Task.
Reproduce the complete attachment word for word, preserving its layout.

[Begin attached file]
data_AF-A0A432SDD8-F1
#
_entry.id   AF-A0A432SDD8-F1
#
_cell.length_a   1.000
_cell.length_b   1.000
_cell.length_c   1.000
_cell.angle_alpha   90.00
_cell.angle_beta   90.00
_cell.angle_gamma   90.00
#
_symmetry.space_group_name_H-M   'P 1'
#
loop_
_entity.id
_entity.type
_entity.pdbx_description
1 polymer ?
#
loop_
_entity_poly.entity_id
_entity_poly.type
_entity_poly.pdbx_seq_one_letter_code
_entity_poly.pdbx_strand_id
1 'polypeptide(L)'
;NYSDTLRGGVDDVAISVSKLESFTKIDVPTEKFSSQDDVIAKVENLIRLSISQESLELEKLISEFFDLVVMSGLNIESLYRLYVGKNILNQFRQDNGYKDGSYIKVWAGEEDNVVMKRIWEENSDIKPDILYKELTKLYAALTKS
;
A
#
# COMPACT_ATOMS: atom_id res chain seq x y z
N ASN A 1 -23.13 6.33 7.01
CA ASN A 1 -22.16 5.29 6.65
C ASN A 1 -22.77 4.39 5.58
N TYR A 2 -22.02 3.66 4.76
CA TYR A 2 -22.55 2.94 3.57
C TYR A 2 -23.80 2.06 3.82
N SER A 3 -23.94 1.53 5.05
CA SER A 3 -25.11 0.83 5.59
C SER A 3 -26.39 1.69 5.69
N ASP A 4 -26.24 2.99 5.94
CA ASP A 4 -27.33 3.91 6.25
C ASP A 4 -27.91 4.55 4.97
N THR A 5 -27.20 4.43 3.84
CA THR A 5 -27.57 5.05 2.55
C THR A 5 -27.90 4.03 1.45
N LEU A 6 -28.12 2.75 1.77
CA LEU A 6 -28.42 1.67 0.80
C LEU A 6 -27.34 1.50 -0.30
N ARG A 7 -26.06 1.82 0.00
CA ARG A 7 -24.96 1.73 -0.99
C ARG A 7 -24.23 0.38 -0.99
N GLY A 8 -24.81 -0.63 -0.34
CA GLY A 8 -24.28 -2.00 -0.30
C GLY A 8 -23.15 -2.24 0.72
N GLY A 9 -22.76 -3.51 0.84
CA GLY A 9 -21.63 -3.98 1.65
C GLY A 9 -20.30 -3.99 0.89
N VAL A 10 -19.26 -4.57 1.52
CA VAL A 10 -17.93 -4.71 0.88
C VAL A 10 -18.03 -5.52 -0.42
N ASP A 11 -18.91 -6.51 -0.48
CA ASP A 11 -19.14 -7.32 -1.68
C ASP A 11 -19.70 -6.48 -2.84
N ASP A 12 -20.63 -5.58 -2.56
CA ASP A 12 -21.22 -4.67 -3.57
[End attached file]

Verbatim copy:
data_AF-A0A432SDD8-F1
#
_entry.id   AF-A0A432SDD8-F1
#
_cell.length_a   1.000
_cell.length_b   1.000
_cell.length_c   1.000
_cell.angle_alpha   90.00
_cell.angle_beta   90.00
_cell.angle_gamma   90.00
#
_symmetry.space_group_name_H-M   'P 1'
#
loop_
_entity.id
_entity.type
_entity.pdbx_description
1 polymer ?
#
loop_
_entity_poly.entity_id
_entity_poly.type
_entity_poly.pdbx_seq_one_letter_code
_entity_poly.pdbx_strand_id
1 'polypeptide(L)'
;NYSDTLRGGVDDVAISVSKLESFTKIDVPTEKFSSQDDVIAKVENLIRLSISQESLELEKLISEFFDLVVMSGLNIESLYRLYVGKNILNQFRQDNGYKDGSYIKVWAGEEDNVVMKRIWEENSDIKPDILYKELTKLYAALTKS
;
A
#
# COMPACT_ATOMS: atom_id res chain seq x y z
N ASN A 1 -23.13 6.33 7.01
CA ASN A 1 -22.16 5.29 6.65
C ASN A 1 -22.77 4.39 5.58
N TYR A 2 -22.02 3.66 4.76
CA TYR A 2 -22.55 2.94 3.57
C TYR A 2 -23.80 2.06 3.82
N SER A 3 -23.94 1.53 5.05
CA SER A 3 -25.11 0.83 5.59
C SER A 3 -26.39 1.69 5.69
N ASP A 4 -26.24 2.99 5.94
CA ASP A 4 -27.33 3.91 6.25
C ASP A 4 -27.91 4.55 4.97
N THR A 5 -27.20 4.43 3.84
CA THR A 5 -27.57 5.05 2.55
C THR A 5 -27.90 4.03 1.45
N LEU A 6 -28.12 2.75 1.77
CA LEU A 6 -28.42 1.67 0.80
C LEU A 6 -27.34 1.50 -0.30
N ARG A 7 -26.06 1.82 0.00
CA ARG A 7 -24.96 1.73 -0.99
C ARG A 7 -24.23 0.38 -0.99
N GLY A 8 -24.81 -0.63 -0.34
CA GLY A 8 -24.28 -2.00 -0.30
C GLY A 8 -23.15 -2.24 0.72
N GLY A 9 -22.76 -3.51 0.84
CA GLY A 9 -21.63 -3.98 1.65
C GLY A 9 -20.30 -3.99 0.89
N VAL A 10 -19.26 -4.57 1.52
CA VAL A 10 -17.93 -4.71 0.88
C VAL A 10 -18.03 -5.52 -0.42
N ASP A 11 -18.91 -6.51 -0.48
CA ASP A 11 -19.14 -7.32 -1.68
C ASP A 11 -19.70 -6.48 -2.84
N ASP A 12 -20.63 -5.58 -2.56
CA ASP A 12 -21.22 -4.67 -3.57